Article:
By Isaac Chotiner, The New Yorker
“She hates the United States perhaps worse than any person I’ve ever met.” This was President Trump’s assessment of Margrethe Vestager, the Danish politician who, as the Commissioner for Competition, leads the European Union’s antitrust division. Over the past five years, Vestager has become known for her attempts to regulate the tech industry. Her office’s investigations of Apple, Facebook, and Google have resulted in billions of dollars in fines for anti-competitive behavior and tax avoidance, garnering praise from those concerned about big tech’s power, as well as complaints from business leaders and some American politicians.
When Vestager’s second term began, in November, 2019, her job expanded to include digital policymaking for the European Union. In addition to enforcing antitrust laws, Vestager now oversees policy related to cybersecurity, big data, and artificial intelligence. In recent months, the spread of covid-19 has presented a number of challenges for Vestager’s office, including widespread unemployment, pharmaceutical price-gouging, and the use of digital technology to track the virus.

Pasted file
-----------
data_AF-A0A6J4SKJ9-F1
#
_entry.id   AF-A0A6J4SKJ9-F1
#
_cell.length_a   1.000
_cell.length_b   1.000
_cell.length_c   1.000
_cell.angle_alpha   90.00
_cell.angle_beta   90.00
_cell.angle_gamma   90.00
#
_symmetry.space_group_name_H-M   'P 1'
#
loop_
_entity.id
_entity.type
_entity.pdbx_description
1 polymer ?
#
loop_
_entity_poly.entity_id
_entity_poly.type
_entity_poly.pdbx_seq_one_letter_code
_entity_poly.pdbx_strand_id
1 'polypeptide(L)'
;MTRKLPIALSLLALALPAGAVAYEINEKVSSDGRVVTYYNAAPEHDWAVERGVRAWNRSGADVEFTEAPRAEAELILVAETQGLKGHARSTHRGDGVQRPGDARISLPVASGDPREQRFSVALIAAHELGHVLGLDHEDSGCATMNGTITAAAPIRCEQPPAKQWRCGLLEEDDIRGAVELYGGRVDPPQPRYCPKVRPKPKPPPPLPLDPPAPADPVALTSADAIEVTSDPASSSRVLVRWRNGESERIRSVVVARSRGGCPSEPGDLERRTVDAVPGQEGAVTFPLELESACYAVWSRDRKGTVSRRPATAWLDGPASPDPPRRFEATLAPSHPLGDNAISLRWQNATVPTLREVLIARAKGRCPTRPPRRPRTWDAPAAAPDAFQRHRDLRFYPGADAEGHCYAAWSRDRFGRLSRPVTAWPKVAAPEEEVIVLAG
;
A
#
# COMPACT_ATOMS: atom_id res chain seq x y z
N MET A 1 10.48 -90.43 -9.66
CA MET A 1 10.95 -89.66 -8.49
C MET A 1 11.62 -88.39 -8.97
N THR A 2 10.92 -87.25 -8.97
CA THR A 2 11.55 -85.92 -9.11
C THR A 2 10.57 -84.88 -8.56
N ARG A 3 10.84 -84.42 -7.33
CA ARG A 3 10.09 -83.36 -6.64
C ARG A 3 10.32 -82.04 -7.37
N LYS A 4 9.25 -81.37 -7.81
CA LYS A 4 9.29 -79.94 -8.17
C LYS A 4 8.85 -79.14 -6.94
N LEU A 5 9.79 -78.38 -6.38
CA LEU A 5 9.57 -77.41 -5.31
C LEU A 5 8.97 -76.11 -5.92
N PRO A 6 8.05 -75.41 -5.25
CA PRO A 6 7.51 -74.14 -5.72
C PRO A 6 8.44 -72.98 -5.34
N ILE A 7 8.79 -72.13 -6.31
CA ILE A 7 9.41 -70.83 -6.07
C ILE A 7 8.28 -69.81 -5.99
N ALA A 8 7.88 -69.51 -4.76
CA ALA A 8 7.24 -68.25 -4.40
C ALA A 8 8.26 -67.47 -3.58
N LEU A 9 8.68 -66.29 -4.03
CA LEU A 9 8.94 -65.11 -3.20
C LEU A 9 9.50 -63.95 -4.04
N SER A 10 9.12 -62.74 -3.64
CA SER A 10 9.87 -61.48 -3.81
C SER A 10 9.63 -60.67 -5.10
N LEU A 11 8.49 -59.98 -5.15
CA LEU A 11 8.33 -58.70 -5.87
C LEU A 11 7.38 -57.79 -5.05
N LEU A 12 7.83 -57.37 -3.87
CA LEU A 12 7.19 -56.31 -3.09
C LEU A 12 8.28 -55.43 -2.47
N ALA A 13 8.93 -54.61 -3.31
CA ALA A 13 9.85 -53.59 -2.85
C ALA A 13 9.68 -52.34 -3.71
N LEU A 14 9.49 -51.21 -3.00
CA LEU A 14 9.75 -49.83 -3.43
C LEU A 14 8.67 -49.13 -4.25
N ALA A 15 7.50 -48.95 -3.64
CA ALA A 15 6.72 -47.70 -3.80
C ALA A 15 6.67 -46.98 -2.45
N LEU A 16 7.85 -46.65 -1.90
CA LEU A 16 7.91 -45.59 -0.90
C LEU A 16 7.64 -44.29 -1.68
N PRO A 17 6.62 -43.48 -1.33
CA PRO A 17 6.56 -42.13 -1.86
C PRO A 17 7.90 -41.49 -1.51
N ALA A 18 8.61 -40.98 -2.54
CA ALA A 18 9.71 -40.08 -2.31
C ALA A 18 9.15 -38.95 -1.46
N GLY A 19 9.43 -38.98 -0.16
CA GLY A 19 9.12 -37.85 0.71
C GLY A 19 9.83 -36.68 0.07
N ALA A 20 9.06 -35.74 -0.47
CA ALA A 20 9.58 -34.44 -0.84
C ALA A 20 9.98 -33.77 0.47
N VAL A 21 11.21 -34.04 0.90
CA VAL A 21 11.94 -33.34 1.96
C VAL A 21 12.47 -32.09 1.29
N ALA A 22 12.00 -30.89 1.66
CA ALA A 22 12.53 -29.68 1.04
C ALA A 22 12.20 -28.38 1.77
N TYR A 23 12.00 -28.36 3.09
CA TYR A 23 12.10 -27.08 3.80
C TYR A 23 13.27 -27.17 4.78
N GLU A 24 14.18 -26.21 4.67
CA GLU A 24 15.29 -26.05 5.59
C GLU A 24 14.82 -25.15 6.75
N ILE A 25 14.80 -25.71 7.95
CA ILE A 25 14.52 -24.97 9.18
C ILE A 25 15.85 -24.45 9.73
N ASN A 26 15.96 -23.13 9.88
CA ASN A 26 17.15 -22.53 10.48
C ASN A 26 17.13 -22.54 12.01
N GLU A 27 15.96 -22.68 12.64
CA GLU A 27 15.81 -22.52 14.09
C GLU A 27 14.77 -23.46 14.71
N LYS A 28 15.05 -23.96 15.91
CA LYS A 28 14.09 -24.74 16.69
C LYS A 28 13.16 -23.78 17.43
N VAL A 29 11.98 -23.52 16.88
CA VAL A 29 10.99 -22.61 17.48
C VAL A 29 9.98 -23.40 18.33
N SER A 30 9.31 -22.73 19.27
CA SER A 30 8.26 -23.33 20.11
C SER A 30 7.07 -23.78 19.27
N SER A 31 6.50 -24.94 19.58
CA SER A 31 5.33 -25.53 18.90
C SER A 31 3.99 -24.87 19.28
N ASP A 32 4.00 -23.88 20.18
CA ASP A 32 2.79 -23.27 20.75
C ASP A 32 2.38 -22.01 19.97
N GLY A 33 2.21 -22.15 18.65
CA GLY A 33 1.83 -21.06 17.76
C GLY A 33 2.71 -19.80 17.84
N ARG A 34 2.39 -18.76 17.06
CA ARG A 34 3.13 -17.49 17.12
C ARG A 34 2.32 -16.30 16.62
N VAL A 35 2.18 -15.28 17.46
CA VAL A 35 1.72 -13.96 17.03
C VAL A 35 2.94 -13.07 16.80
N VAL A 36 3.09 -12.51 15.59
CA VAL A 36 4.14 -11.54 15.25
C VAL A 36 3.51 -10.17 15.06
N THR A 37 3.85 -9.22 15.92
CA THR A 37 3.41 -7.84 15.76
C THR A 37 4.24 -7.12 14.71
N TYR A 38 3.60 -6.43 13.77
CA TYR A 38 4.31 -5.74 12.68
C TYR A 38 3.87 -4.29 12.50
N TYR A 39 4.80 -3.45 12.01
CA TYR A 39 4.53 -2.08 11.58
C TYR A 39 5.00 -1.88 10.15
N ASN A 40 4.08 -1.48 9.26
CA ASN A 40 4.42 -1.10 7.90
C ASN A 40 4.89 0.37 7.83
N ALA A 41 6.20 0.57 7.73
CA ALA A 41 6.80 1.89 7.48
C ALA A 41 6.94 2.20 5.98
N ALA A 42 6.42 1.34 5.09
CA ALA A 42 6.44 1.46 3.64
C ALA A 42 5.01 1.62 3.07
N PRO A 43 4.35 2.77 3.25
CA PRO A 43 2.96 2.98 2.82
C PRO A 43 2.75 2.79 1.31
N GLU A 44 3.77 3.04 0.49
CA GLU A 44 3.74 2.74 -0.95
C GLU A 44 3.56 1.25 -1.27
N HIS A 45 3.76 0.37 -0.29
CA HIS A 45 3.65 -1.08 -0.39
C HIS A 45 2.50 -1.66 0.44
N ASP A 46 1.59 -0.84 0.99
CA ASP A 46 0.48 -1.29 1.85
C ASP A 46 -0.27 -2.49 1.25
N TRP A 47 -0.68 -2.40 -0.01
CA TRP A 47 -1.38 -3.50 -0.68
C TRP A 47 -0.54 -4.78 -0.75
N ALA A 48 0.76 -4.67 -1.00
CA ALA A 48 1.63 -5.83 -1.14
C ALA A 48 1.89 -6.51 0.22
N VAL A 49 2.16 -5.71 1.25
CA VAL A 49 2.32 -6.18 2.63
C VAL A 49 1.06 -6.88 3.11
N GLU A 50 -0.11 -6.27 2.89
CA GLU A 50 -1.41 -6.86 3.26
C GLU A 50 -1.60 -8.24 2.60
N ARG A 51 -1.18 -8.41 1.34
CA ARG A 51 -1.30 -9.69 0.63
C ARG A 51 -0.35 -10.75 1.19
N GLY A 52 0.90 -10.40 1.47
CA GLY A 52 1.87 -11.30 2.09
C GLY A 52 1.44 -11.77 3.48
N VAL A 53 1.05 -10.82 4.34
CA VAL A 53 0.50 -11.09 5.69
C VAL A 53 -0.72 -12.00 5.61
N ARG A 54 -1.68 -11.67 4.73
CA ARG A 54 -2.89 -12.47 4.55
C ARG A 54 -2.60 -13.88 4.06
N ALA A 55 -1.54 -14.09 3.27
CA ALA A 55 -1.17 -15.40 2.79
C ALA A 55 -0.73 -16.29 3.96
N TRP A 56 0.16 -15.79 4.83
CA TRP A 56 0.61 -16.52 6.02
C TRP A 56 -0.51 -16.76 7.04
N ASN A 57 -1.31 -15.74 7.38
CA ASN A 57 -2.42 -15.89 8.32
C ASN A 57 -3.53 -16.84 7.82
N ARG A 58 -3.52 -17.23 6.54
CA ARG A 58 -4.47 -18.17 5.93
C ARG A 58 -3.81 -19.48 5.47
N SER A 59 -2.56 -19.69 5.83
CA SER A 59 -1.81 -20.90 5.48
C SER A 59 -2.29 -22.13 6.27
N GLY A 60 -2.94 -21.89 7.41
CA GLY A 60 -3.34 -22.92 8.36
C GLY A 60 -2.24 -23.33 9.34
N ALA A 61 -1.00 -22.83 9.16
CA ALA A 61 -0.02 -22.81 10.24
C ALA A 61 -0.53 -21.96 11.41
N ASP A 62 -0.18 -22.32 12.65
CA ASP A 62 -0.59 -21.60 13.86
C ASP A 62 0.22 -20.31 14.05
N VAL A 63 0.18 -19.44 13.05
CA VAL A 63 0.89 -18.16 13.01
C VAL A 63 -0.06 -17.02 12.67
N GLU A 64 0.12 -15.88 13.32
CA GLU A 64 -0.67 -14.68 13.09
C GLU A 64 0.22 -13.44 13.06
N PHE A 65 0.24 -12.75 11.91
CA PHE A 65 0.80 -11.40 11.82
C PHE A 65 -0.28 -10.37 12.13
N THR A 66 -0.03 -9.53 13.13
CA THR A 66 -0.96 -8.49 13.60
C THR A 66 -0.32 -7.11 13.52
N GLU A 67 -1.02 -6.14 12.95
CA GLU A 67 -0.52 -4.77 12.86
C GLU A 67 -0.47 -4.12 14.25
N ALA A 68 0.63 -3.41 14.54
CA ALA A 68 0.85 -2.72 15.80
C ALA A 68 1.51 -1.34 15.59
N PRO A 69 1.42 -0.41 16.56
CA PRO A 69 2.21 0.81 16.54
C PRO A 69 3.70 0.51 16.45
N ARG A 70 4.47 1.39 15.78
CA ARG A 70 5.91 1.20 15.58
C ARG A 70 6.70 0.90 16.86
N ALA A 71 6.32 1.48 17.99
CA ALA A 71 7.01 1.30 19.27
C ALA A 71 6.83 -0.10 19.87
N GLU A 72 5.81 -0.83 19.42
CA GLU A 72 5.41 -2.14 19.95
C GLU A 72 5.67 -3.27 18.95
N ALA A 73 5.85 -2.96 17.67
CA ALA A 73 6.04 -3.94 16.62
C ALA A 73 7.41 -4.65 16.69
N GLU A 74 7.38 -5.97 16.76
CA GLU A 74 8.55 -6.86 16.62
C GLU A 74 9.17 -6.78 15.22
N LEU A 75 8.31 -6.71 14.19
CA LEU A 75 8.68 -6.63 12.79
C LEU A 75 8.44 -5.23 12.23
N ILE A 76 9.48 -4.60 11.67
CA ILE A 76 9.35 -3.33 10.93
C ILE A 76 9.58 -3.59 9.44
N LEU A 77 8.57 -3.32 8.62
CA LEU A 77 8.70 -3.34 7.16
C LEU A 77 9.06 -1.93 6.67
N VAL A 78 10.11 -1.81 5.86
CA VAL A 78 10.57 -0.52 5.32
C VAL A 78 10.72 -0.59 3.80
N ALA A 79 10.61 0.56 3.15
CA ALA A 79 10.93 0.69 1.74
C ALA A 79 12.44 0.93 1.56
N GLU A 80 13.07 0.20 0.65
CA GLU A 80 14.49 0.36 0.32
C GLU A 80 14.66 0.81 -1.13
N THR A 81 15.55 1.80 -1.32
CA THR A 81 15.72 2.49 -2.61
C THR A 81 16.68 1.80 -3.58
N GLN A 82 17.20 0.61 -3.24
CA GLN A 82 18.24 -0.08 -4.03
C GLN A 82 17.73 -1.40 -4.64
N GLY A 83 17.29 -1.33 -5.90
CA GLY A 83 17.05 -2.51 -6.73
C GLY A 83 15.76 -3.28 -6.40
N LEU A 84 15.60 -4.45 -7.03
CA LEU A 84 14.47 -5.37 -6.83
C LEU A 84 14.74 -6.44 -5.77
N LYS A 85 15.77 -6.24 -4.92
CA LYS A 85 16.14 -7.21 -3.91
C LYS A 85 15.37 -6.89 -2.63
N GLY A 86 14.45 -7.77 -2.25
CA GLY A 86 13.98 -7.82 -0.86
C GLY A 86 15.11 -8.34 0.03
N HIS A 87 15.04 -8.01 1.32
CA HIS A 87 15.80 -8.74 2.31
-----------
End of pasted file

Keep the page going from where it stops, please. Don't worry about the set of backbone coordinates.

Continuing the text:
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Vestager has also warned of potential Chinese takeovers of European businesses in response to the economic conditions brought about by the coronavirus.
I recently spoke by phone with Vestager. During our conversation, which has been edited and condensed for clarity, we discussed how the coronavirus may force a trade-off between privacy and health, her disagreements with Elizabeth Warren about how to regulate the tech industry, and whether politicians make the best technocrats.